Surrendering to Grace is a advice we find on many different paths. Catholicas, 12-Steppers and Anusara Yoga, to name a few, all speak of the healing power of grace.
But – what is grace, anyway? To be graceful is to act with courtesy or to move lithely. To receive God’s Grace is to fall under a benedicion or to find luck. Grace is a little bit of goodness in an unexpected place. It’s the rainbow reflected in a puddle reminding us to look up. Grace is also a surrender to the present moment exactly as it is, releasing all expectations and illusions of control.
I often play with the concept of surrender in my yoga practice. As I sit and breathe in an Asana, I’ll feel my muscles ever so slowly un-stitching moment by moment, breath by breath. This is surrender. This is being present. As I sit myself down to meditate, I’ll find my breath deepening when I didn’t even realize I was breathing shallowly. As we surrender and stop clinging, we’re able to make room for what we didn’t even know we were missing.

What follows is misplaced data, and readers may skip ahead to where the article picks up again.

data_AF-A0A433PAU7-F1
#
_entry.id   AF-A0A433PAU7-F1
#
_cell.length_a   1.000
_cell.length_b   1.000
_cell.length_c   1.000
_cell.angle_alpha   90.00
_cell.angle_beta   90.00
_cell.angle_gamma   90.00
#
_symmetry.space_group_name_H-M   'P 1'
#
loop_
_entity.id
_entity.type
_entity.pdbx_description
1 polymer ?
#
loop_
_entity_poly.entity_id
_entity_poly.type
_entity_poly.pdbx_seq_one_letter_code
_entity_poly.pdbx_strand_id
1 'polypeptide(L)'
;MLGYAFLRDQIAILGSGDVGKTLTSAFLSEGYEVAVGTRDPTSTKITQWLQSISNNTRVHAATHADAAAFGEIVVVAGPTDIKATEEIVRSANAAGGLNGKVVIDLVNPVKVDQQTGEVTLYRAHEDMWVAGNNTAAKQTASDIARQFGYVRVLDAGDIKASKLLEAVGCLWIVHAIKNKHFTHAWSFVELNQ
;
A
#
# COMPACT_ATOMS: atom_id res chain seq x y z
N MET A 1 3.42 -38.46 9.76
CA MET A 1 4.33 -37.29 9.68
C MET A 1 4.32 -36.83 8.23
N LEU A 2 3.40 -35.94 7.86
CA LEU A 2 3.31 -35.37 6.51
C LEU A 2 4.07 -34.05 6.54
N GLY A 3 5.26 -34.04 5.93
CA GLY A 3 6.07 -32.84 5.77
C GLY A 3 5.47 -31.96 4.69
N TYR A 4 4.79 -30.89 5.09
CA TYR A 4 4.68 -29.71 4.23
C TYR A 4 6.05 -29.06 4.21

It’s the clinging that’s really a mystery. Why do we cling to our discomfort, misery, and pain? Why do our muscles continue to hold tension and emotions long past when that energy serves us? Some of this clinging rises out of a perverse set of comfort. Sometimes we’re recreating a state of mind that’s been with us for years, and serves as a source of comfort for us. Sometimes, we cling because we’ve become too identified with the archetype of the Martyr or the Victim. We may cling because we imagine there’s nothing else to cling to.
Grace is not only a surrender to what is in the external world, but also a complete acceptance of who we are within. Grace is approaching those parts of ourselves that don’t meet up to our expectations with compassion and complete acceptance. But Grace, true Grace, is more than that, even. True grace is embracing those shadow aspects of ourselves and deeply feeling gratitude for the utter humanness of it all Gratitude for the lessons we learn in dealing with the exquisite pain and gratitude for a deeper understanding of our human condition.
In untwining our fingers from the pain, we’re able to get a clear picture of what exactly we’re clinging too. As we breathe deeply into the pain, sending white light along with our breath, an amazing thing happens. The pain just sort of vanishes – like the illusion it is.